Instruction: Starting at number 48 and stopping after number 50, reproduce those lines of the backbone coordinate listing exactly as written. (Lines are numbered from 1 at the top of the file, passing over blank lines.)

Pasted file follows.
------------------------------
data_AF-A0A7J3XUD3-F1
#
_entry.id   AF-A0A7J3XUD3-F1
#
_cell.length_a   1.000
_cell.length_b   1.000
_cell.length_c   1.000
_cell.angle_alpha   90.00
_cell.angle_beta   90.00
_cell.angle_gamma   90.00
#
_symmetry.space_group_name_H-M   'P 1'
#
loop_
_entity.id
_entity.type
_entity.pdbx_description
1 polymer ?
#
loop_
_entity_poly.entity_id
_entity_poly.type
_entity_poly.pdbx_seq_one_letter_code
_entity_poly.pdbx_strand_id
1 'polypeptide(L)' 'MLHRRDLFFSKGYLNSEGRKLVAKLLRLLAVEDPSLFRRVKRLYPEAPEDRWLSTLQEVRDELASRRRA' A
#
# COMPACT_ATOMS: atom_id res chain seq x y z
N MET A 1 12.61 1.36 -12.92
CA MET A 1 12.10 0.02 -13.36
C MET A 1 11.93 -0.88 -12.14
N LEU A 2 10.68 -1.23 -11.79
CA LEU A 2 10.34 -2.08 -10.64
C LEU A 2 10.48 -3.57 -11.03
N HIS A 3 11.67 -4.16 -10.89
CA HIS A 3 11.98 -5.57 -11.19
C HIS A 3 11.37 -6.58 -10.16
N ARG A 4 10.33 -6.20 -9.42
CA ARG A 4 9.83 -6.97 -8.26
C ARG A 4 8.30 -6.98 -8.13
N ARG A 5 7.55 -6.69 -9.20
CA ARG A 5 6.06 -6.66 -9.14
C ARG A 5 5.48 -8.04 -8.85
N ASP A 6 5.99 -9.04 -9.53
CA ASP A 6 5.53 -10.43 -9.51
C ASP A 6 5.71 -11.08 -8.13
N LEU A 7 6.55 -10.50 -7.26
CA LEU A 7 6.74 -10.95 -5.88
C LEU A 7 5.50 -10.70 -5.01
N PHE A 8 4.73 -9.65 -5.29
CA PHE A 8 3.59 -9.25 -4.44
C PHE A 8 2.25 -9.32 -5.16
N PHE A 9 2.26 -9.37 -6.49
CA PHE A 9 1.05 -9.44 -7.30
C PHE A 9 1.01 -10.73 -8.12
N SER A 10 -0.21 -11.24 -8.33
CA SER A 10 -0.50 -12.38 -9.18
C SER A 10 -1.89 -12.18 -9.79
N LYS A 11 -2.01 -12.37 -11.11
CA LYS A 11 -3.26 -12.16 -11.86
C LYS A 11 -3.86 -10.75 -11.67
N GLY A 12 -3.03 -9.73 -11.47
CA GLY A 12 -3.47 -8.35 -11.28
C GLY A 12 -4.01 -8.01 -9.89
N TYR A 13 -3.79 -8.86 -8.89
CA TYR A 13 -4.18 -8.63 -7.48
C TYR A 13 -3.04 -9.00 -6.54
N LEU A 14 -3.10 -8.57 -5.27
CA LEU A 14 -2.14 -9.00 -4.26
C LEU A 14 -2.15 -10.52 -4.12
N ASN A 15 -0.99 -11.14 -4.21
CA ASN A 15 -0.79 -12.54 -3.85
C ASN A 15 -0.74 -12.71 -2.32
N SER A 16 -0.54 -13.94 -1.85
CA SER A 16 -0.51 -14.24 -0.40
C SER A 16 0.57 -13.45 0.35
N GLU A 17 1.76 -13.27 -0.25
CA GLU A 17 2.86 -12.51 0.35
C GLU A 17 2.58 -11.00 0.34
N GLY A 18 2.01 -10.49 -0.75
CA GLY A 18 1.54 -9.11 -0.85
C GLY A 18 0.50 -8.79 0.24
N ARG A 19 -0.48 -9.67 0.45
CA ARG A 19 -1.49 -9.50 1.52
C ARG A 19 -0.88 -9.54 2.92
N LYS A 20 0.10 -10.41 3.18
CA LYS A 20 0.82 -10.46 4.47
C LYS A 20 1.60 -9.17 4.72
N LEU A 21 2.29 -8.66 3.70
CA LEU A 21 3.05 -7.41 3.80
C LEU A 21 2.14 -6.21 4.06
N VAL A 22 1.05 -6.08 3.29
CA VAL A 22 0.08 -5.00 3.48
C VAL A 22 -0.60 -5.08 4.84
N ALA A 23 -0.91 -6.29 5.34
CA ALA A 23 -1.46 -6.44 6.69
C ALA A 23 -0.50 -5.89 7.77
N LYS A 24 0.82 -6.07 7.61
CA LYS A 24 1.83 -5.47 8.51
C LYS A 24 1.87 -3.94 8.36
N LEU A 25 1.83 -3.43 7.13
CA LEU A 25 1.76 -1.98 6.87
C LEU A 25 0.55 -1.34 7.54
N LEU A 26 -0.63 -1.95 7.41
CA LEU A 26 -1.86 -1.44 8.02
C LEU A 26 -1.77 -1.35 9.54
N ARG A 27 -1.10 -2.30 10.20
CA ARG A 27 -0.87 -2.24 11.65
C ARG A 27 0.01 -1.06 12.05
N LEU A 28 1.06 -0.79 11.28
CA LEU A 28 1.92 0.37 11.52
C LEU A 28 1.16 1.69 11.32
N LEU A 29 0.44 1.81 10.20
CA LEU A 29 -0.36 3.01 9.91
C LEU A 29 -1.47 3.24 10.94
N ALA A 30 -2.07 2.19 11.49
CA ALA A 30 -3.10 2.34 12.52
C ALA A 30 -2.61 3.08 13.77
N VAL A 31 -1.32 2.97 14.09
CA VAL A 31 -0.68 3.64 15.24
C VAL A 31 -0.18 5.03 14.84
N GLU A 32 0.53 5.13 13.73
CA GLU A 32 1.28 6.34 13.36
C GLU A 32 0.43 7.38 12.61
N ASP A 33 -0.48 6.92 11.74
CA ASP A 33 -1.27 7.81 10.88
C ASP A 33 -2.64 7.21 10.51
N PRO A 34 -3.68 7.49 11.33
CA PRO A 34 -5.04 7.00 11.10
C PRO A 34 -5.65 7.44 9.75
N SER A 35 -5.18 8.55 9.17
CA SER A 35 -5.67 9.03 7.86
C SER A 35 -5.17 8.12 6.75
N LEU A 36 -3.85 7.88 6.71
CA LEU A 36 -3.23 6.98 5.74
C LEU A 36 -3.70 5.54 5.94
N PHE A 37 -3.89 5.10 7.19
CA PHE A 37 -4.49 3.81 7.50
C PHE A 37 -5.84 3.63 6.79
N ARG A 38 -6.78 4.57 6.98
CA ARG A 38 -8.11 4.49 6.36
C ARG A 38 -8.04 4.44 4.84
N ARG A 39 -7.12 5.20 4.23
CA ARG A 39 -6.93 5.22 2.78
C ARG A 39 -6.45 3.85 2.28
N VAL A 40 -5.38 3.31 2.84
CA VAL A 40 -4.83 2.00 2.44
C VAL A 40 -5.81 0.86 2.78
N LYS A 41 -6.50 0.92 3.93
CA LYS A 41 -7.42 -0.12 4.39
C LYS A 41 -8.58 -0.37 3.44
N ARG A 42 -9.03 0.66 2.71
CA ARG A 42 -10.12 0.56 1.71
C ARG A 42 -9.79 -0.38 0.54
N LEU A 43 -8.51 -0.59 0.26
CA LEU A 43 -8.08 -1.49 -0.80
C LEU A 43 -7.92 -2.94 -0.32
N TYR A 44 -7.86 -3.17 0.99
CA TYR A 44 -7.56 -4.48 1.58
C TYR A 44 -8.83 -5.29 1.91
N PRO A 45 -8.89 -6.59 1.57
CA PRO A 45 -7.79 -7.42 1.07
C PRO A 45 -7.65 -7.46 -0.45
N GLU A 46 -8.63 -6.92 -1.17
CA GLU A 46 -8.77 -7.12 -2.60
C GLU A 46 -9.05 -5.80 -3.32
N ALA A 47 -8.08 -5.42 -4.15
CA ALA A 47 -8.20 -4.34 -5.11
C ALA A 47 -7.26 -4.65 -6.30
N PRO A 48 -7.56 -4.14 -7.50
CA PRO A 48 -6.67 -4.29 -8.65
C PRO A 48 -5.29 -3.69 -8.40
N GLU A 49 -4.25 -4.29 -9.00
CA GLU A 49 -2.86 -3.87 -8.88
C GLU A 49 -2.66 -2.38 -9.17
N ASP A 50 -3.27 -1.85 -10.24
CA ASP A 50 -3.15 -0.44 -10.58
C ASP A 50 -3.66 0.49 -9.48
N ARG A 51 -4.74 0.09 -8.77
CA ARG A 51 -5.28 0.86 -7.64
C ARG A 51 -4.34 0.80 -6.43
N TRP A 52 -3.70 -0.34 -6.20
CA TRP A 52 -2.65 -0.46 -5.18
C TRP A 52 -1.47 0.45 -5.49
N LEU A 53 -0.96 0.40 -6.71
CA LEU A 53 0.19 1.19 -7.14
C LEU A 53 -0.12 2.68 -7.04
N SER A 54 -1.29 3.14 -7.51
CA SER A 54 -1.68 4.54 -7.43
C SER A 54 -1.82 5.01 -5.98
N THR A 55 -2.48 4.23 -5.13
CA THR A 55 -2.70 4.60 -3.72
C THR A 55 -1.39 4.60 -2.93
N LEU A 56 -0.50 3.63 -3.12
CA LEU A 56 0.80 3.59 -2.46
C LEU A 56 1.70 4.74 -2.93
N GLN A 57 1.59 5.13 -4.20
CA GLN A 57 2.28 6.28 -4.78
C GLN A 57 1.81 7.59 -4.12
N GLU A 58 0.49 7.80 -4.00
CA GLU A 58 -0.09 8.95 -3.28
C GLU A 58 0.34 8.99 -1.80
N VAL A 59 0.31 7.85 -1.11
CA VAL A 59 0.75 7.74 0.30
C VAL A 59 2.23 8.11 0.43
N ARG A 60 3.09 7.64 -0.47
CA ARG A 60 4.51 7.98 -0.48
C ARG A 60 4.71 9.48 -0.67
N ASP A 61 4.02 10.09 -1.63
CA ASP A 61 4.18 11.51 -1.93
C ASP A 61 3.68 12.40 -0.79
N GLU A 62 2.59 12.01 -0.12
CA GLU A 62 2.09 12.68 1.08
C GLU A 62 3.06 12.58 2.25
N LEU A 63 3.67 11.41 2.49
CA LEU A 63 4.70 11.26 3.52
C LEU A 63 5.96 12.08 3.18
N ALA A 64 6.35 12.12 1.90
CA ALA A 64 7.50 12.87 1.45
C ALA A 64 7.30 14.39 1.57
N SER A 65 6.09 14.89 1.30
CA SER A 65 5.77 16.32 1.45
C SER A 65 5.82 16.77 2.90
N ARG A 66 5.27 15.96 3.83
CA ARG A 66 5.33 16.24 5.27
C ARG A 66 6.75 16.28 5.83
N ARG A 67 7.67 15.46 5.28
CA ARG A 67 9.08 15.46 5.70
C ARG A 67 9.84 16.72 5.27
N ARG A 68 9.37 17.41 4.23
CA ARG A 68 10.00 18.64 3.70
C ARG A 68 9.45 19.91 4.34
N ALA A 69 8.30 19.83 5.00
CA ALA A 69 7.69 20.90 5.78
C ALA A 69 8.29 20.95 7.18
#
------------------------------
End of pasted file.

C LEU A 7 5.50 -10.70 -5.01
N PHE A 8 4.73 -9.65 -5.29
CA PHE A 8 3.59 -9.25 -4.44